I’ve helped with the competition for the last 3 years and entered it as part of TPLD twice, in 2002, and 2003 when we were runners up. Given those experiences I’ve put together a quick list of the errors I’ve seen once or twice that if avoided may give a team next year a slightly improved odds!

Too Early
For some the competition may not have come at the right time during the pre-start stage, this is nobodies fault by any means, but those teams do need to recognise that it may have been too early and simply take the judges advice and council on board.

Where’s the Value
A few times we’ve seen teams simply present a technology (often disruptive) or a very broad idea. That technology or idea may well be a world beating opportunity; the possibility of turning the team into the next Google, if the team were not missing one thing – Value. The general mistake here is not focusing on one particular customer group, and if you don’t know who your customer group is you can’t work out what value you are going to deliver, either in increased income or decreased expenditure. A great way to start this kind of presentation is…

  • Problem
  • Impact on Customer (what is it costing them)
  • Your Solution (very briefly, see the next section)
  • What Saving you will deliver (and maybe how long that will take)

Now you have my attention!

Techno-Babble
Leading on from the previous point it can be very tempting to talk about what you are comfortable with – your technology (or your product) – and gloss over the business. Generally wasting a large portion of your 25 mins with the panel with tech demos; If necessary give a very high level overview of the value of the technology then suggest we ‘put it in a black box’ and discuss the business – then, if the business discussion pans out, you can come back to the tech!
I can speak from personal experience here back on 02/03 we spent hours talking about Games Based Learning, because it was difficult to grasp but once grasped interesting to talk about – leaving little time for anything else!

Ability to Execute
We’ve seen a couple of teams were they unfortunately didn’t convince us for one reason or another that they may not be able to execute the plan (hence why the presentation is paramount). Often these would be software companies (but not exclusively) where the software was still to be developed and had a very long feature list, probably a very small team and timeframe for development – or if they were outsourcing the development for a very low fee.

Uninspired Business Model
On occasion we get a really strange mix in a team, were there is a great idea, but the actual business model, the way of generating the cash, falls way short of what is required to make the maximum of the opportunity. Doing something interesting and slightly unusual is often required to really set one business apart from the rest or to emphasise the value. This can sometimes be down to disparities in the teams ability (meaning a very difficult conversation at some point) or simply an over focus on the idea rather than the business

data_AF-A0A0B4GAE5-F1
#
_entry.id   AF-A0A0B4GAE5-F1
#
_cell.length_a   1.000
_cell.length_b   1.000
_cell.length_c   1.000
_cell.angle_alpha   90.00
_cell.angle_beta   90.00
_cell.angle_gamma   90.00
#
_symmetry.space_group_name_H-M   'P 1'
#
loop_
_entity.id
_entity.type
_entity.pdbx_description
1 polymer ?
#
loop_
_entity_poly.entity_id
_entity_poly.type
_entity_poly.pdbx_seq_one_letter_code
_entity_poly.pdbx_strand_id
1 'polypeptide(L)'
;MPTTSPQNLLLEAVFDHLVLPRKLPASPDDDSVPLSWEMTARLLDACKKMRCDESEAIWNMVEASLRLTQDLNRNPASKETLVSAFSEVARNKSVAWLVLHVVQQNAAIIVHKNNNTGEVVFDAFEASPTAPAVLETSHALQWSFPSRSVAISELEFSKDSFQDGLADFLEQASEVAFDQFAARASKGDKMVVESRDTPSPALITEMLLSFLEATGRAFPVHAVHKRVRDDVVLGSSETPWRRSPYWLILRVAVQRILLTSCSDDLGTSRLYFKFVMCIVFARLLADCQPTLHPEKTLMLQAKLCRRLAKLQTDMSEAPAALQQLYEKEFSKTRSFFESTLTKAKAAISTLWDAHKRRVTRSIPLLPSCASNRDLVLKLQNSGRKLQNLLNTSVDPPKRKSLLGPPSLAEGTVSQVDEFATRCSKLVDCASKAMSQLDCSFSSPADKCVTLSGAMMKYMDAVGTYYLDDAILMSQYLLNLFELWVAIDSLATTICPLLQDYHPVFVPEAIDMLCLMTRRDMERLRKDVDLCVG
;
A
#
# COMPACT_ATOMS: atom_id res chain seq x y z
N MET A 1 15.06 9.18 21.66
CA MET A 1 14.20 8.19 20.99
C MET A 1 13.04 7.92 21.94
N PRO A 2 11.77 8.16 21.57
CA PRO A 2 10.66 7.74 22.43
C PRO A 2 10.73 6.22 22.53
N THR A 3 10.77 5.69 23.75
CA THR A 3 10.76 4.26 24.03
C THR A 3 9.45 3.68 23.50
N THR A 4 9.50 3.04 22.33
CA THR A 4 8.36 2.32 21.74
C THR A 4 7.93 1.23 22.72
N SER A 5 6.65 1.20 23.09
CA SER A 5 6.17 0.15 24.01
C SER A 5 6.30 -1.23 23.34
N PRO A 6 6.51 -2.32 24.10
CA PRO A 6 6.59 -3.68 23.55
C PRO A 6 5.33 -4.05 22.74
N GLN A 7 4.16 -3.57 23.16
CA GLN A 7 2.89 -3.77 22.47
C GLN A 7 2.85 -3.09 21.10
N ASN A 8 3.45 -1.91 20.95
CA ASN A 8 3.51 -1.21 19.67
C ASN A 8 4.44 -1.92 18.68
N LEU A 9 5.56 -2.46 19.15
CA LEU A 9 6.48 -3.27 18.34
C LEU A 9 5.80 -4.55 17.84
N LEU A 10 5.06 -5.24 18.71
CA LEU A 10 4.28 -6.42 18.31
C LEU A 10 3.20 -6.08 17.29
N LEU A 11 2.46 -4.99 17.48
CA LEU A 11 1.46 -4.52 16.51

Numbers Numbers
If all of the above pans out the panel will get around to your numbers, or sooner if it’s the kind business were justifying a large proportion of Capex (or prolonged period of expense) up front is required. As hopefully we’ve all learnt from Dragon’s Den, you do need to know you figures and not just know them – Know that they’re right!! Putting together financial forecasts can be a daunting task, I’ve been doing TPLD’s for 6 years and there are so many aspects to cover – but this is one area where help can be sought, a person doesn’t need to understand every aspect of your new quirky technology or product to help you sort out your numbers – use your advisers!

And Finally…
In a very few cases there simply is not an opportunity to go after, so everything runs from there – there were not many of these amongst the finalists we saw on Saturday; all I can hope is that they know who they are and that they fully understand their plan and the risks before putting their cash in!

It’s important to remember that the teams only get 25mins with the judges in person and at best that again when each judge reads the plan – and to that end it can be very easy to forget to mention those gold encrusted points that would result in a little ‘x’ next your name on the list. So use the time wisely don’t waste it with useless information and detail*, and get the point how are you going to make a profit, who from, what are you doing for them, and why you!

*Don’t tell us who your banking with – It’s not going to win you the competition.

By the way if you were one of the finalists reading this and you don’t win on Wednesday, don’t dispair – Keep Fighting, TPLD entered this competition and Dare twice, not winning anything the first time around ; Just work out why you didn’t win and move forward – Drop me an email if you think I can help.